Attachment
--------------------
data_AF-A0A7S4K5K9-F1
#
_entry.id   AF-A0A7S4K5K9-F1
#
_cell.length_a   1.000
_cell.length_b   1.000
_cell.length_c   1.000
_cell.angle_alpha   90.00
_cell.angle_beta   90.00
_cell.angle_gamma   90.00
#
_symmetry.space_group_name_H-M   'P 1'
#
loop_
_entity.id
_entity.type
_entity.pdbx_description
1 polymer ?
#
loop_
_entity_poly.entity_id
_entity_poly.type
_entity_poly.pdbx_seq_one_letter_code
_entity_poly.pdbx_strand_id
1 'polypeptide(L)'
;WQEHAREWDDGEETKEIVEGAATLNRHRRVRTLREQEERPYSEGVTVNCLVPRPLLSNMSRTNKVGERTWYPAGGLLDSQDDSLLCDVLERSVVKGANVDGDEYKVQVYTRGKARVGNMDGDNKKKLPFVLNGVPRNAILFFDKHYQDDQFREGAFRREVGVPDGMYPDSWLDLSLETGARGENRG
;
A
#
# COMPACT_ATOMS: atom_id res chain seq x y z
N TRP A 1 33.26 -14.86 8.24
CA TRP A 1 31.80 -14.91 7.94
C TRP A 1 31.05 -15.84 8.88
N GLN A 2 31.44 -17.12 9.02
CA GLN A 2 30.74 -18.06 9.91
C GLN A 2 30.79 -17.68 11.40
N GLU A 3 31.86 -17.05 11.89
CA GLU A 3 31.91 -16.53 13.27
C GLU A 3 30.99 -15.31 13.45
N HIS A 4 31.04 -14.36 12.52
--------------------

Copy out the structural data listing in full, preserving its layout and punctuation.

data_AF-A0A7S4K5K9-F1
#
_entry.id   AF-A0A7S4K5K9-F1
#
_cell.length_a   1.000
_cell.length_b   1.000
_cell.length_c   1.000
_cell.angle_alpha   90.00
_cell.angle_beta   90.00
_cell.angle_gamma   90.00
#
_symmetry.space_group_name_H-M   'P 1'
#
loop_
_entity.id
_entity.type
_entity.pdbx_description
1 polymer ?
#
loop_
_entity_poly.entity_id
_entity_poly.type
_entity_poly.pdbx_seq_one_letter_code
_entity_poly.pdbx_strand_id
1 'polypeptide(L)'
;WQEHAREWDDGEETKEIVEGAATLNRHRRVRTLREQEERPYSEGVTVNCLVPRPLLSNMSRTNKVGERTWYPAGGLLDSQDDSLLCDVLERSVVKGANVDGDEYKVQVYTRGKARVGNMDGDNKKKLPFVLNGVPRNAILFFDKHYQDDQFREGAFRREVGVPDGMYPDSWLDLSLETGARGENRG
;
A
#
# COMPACT_ATOMS: atom_id res chain seq x y z
N TRP A 1 33.26 -14.86 8.24
CA TRP A 1 31.80 -14.91 7.94
C TRP A 1 31.05 -15.84 8.88
N GLN A 2 31.44 -17.12 9.02
CA GLN A 2 30.74 -18.06 9.91
C GLN A 2 30.79 -17.68 11.40
N GLU A 3 31.86 -17.05 11.89
CA GLU A 3 31.91 -16.53 13.27
C GLU A 3 30.99 -15.31 13.45
N HIS A 4 31.04 -14.36 12.52